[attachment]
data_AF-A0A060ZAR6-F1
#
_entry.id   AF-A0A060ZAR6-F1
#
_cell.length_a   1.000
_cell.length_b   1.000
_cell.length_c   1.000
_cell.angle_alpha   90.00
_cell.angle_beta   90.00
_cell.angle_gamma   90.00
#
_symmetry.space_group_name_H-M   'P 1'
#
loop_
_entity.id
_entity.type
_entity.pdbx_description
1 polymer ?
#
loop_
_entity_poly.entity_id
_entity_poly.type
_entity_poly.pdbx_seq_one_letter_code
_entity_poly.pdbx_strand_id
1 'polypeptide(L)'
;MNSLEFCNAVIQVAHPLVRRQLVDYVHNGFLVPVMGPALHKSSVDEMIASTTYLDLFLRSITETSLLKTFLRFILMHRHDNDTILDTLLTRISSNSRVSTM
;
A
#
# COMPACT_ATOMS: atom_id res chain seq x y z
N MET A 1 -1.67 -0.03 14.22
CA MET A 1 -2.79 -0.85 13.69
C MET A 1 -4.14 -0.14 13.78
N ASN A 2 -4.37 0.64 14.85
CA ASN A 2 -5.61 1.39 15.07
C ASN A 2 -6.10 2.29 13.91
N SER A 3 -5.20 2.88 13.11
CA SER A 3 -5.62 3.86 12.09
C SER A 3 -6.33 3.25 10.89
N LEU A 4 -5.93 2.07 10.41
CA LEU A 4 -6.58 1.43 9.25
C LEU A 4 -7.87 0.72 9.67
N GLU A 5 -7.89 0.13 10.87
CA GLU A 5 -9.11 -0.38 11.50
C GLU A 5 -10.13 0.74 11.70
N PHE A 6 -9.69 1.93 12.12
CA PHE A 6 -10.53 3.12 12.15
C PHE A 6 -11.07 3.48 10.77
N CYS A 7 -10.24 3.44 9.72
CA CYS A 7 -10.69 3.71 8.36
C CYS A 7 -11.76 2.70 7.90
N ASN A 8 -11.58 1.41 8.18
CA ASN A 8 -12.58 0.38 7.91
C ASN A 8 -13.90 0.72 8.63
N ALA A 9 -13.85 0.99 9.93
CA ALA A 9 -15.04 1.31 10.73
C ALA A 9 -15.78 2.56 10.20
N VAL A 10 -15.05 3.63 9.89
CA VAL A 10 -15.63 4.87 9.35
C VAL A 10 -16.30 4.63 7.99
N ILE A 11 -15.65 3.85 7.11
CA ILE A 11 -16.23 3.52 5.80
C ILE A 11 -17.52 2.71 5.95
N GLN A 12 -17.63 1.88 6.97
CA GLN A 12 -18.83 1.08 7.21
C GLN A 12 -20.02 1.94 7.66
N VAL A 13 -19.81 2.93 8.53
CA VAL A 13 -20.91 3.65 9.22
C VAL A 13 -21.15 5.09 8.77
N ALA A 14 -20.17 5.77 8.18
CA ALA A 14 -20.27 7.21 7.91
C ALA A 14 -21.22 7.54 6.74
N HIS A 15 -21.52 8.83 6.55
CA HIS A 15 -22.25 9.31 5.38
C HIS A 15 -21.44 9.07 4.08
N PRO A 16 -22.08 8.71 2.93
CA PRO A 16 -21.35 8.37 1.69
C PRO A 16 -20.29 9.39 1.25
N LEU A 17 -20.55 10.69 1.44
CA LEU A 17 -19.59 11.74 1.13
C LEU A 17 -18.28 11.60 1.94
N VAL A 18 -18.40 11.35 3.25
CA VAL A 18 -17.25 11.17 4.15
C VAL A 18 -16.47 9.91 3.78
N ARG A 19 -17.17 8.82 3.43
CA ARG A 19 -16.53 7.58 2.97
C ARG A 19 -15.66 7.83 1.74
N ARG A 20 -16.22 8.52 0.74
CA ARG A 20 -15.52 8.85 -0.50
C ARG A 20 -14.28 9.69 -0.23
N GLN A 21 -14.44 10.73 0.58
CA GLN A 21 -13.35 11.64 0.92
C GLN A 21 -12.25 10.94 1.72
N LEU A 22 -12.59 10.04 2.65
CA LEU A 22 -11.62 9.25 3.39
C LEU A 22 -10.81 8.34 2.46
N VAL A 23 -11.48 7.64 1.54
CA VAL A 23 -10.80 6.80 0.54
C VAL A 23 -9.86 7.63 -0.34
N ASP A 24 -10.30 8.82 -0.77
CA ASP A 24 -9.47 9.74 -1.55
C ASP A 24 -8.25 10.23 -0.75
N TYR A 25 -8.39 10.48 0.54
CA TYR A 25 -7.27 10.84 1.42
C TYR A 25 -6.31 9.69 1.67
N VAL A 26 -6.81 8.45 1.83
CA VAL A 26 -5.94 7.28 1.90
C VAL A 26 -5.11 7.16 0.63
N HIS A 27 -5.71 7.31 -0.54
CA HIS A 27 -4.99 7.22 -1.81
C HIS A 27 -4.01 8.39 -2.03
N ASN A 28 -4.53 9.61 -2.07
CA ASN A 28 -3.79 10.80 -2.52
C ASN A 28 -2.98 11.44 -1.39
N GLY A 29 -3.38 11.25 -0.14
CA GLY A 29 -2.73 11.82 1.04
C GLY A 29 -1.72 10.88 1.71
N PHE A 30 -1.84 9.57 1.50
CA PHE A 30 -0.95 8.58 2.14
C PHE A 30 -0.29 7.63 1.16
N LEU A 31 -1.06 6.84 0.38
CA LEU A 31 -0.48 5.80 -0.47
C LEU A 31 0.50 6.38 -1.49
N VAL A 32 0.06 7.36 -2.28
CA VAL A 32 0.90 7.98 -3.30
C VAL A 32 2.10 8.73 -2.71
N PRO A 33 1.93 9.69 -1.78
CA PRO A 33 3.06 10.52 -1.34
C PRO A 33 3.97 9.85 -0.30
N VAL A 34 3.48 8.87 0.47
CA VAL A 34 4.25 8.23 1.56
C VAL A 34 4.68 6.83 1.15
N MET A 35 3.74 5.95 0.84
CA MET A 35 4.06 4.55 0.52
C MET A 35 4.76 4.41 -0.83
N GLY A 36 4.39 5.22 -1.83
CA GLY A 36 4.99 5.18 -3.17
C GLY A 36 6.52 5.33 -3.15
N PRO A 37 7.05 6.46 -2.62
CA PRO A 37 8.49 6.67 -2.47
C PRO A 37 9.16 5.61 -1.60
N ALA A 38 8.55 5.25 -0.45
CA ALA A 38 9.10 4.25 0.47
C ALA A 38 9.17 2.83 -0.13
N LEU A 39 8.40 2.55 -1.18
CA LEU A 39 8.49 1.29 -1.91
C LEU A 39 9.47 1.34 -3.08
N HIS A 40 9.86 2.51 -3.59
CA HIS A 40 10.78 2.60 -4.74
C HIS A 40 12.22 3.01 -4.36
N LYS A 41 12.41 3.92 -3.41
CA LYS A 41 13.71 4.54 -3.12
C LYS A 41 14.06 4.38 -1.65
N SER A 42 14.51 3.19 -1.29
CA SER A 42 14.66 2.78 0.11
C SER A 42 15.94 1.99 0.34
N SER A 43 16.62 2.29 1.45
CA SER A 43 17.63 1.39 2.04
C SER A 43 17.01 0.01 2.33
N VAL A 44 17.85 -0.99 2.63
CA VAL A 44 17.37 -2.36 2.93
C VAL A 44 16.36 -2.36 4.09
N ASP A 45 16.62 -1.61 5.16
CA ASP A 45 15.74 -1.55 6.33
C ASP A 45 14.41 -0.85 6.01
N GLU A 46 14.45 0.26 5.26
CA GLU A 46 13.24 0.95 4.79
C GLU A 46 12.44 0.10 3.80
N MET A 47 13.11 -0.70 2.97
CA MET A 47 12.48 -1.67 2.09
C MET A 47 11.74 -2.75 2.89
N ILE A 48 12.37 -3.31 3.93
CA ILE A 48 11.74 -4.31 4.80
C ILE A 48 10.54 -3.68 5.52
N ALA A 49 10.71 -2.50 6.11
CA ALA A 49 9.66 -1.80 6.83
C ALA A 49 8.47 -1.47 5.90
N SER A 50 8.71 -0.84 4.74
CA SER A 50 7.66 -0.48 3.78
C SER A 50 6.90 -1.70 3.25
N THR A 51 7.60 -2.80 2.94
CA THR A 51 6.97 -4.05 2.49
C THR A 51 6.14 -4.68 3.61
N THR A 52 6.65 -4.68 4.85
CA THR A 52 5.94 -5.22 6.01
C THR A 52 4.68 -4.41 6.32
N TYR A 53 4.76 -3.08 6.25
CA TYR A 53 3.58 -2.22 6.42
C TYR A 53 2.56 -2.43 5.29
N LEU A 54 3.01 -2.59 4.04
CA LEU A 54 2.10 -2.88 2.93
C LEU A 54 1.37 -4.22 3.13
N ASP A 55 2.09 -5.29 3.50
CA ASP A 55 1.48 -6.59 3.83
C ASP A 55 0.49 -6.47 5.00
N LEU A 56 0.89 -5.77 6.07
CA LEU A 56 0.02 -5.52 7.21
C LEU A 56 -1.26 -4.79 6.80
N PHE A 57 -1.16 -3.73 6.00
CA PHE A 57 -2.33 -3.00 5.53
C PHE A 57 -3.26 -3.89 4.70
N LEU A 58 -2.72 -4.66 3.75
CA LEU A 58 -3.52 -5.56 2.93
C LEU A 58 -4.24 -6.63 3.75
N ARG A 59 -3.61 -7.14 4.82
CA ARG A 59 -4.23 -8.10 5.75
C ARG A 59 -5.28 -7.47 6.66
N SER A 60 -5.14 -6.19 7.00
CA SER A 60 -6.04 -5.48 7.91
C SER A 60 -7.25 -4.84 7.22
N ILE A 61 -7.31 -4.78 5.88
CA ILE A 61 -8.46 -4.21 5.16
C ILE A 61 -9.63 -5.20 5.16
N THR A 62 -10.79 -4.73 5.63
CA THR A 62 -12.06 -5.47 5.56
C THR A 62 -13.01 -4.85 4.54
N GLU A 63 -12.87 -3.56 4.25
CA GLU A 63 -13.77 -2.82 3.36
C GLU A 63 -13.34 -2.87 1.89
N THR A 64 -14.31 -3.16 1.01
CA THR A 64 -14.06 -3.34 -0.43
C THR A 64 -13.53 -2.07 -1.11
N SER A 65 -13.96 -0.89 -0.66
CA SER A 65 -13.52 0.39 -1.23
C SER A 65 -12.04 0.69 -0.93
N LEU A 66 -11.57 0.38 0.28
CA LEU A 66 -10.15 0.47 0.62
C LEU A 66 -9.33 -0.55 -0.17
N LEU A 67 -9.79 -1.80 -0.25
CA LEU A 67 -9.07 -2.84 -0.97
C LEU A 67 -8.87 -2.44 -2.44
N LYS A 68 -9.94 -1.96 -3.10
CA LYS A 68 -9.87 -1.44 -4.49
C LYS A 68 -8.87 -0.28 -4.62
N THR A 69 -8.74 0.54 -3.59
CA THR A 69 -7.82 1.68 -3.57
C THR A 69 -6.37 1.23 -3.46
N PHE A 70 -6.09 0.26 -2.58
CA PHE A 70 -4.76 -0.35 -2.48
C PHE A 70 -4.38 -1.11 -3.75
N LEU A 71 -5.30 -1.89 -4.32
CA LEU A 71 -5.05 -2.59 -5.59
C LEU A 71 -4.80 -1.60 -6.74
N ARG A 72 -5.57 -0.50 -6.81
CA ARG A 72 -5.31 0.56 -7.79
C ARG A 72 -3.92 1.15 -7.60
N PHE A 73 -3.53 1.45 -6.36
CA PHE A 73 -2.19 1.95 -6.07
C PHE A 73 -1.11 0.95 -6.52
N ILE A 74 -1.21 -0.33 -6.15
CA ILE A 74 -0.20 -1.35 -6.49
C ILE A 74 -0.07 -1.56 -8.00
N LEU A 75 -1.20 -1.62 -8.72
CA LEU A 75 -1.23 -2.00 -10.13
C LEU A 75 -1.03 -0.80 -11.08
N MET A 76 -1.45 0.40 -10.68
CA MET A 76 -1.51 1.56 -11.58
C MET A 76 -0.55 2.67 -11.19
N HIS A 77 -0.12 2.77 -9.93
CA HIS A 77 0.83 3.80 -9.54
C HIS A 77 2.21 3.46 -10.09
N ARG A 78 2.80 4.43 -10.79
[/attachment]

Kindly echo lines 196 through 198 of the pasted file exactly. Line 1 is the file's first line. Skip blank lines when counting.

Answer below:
N LEU A 56 0.89 -5.77 6.07
CA LEU A 56 0.02 -5.52 7.21
C LEU A 56 -1.26 -4.79 6.80